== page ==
In addition to providing people with compelling stories and photography, newspapers supply the raw materials to piece together ransom notes demanding more newspaper subscriptions. Demand to be informed with today’s Groupon: for $20, you get a two-year home-delivery subscription to the Sunday edition of the Chicago Tribune (up to a $207 value). Today's deal is not valid for renewals, and is good for a minimum of 104 weeks.
The Chicago Tribune—one of the nation's oldest and largest daily newspapers—keeps readers in the know with its award-winning coverage of news, sports, and entertainment. Instead of gathering news scraps from carrier pigeons, info seekers can immerse themselves in the Tribune's investigative reporting, which nabbed a Pulitzer in 2008, before exploring the paper's online communities on Facebook and Twitter. Entertainment coverage gives page-turners a glimpse of upcoming festivals and concerts, and sports articles let them know who scored the most goals, rushed the most yards, and slam-dunked the most watermelons. On Sundays, subscribers can sink their teeth into a thick sandwich of classifieds filled with garage-sale details and legal notices, exercise their minds with crosswords and sudoku puzzles, or clip coupons to tone their thumb muscles. Sunday's paper also showcases community opinions, job listings, and reviews of the city's most exciting finger-painting exhibitions.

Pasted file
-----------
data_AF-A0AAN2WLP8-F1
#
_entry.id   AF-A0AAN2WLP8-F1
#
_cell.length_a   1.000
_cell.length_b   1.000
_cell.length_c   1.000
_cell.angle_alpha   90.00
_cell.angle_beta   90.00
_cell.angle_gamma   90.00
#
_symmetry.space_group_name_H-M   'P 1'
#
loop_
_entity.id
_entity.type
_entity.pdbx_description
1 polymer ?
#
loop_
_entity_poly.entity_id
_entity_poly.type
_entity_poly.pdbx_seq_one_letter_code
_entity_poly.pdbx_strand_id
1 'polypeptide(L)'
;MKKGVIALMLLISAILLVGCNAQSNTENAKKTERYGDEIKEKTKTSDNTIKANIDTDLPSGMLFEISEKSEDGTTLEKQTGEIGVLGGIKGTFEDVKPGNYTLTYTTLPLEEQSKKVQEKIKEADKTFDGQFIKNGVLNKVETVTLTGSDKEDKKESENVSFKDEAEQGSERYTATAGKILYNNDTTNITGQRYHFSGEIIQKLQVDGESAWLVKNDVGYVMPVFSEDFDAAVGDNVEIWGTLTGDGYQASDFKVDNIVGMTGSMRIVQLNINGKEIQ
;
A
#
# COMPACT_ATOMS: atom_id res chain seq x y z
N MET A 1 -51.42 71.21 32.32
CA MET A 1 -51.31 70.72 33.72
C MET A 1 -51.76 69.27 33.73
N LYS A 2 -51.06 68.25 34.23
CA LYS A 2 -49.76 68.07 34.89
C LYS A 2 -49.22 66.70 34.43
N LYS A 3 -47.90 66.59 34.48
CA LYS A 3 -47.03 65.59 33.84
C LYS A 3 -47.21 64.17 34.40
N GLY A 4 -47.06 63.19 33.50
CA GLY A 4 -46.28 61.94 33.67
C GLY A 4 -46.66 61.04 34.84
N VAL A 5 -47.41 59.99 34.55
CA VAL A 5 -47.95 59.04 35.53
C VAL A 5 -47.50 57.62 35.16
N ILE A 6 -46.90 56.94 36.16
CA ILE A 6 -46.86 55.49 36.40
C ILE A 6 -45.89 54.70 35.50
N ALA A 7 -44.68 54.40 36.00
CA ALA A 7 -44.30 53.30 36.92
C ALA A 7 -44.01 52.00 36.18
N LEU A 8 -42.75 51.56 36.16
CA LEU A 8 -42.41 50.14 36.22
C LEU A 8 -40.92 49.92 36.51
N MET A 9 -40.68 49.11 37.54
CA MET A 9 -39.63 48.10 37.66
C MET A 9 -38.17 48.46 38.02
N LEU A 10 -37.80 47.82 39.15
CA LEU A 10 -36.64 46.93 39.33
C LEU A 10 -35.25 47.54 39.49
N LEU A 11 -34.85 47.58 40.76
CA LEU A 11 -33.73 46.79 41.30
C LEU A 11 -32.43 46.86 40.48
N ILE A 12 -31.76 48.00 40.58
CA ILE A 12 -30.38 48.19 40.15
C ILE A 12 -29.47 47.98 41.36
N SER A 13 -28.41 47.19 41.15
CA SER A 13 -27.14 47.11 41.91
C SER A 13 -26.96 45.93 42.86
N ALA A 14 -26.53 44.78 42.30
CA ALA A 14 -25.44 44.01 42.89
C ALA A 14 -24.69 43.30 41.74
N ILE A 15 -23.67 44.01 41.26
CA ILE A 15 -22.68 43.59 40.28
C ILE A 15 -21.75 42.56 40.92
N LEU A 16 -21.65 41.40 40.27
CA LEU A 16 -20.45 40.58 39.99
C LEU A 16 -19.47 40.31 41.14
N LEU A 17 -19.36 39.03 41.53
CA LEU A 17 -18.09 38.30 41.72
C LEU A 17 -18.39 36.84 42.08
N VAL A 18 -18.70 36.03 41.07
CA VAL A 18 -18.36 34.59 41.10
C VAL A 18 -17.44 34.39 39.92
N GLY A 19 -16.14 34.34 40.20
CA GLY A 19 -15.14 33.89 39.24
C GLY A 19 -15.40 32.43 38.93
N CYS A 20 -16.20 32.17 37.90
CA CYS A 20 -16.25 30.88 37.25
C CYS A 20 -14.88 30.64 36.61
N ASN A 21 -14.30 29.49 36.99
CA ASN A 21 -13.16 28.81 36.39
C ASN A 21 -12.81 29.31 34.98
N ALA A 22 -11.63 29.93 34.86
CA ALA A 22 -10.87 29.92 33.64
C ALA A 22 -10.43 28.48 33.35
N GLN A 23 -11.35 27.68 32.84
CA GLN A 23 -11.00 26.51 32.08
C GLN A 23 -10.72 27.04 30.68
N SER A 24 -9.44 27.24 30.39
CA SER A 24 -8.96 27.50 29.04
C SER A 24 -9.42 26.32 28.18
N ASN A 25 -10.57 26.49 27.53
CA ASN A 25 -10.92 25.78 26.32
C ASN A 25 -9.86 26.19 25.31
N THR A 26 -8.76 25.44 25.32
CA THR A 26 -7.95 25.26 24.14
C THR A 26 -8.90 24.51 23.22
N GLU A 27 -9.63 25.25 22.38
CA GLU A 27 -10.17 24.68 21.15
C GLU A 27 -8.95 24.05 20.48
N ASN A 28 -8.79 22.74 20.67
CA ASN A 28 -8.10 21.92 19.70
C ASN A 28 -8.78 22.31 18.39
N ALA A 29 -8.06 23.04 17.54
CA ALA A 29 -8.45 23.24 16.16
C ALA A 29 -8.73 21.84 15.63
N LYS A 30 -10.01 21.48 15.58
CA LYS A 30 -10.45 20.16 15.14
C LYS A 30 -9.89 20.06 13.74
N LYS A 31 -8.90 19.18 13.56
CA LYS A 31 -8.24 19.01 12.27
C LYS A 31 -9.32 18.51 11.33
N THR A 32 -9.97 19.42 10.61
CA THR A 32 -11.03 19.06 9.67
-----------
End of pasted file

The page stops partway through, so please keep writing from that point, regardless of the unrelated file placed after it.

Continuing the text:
Though the Chicago Tribune sometimes offers a discounted price online, this Groupon still offers the best deal available.
Since the Chicago Tribune's inception in 1847, its intrepid newshounds have collected 26 Pulitzer Prizes in categories from investigative reporting to editorial cartooning. More than 1.2 million readers pore over its classic broadsheet edition daily, making it the most widely read paper in the Chicagoland area.
Cleverly divided sections span the gamut of human interests, from market-centric business columns to the critical details of Phil Vettel's refined eating habits in the arts and entertainment section. Residential subscribers benefit from home delivery, eliminating the need to train the family python to handle quarters.